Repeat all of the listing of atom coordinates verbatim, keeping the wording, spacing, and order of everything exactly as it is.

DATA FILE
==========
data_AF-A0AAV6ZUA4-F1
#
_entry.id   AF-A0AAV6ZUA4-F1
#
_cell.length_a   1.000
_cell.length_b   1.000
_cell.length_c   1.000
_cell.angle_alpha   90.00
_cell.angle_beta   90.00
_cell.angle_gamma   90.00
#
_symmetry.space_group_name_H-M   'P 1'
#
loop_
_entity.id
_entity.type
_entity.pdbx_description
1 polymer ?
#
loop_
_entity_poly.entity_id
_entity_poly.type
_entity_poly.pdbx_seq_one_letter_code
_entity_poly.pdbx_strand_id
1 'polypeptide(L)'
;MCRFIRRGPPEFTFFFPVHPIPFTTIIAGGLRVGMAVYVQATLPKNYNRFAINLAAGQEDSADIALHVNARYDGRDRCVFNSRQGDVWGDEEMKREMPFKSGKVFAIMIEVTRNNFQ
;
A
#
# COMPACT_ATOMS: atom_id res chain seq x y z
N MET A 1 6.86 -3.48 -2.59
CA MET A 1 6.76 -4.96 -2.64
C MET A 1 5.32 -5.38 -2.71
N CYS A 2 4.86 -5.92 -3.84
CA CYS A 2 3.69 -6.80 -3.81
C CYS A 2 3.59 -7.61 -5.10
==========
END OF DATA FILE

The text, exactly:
data_AF-A0AAV6ZUA4-F1
#
_entry.id   AF-A0AAV6ZUA4-F1
#
_cell.length_a   1.000
_cell.length_b   1.000
_cell.length_c   1.000
_cell.angle_alpha   90.00
_cell.angle_beta   90.00
_cell.angle_gamma   90.00
#
_symmetry.space_group_name_H-M   'P 1'
#
loop_
_entity.id
_entity.type
_entity.pdbx_description
1 polymer ?
#
loop_
_entity_poly.entity_id
_entity_poly.type
_entity_poly.pdbx_seq_one_letter_code
_entity_poly.pdbx_strand_id
1 'polypeptide(L)'
;MCRFIRRGPPEFTFFFPVHPIPFTTIIAGGLRVGMAVYVQATLPKNYNRFAINLAAGQEDSADIALHVNARYDGRDRCVFNSRQGDVWGDEEMKREMPFKSGKVFAIMIEVTRNNFQ
;
A
#
# COMPACT_ATOMS: atom_id res chain seq x y z
N MET A 1 6.86 -3.48 -2.59
CA MET A 1 6.76 -4.96 -2.64
C MET A 1 5.32 -5.38 -2.71
N CYS A 2 4.86 -5.92 -3.84
CA CYS A 2 3.69 -6.80 -3.81
C CYS A 2 3.59 -7.61 -5.10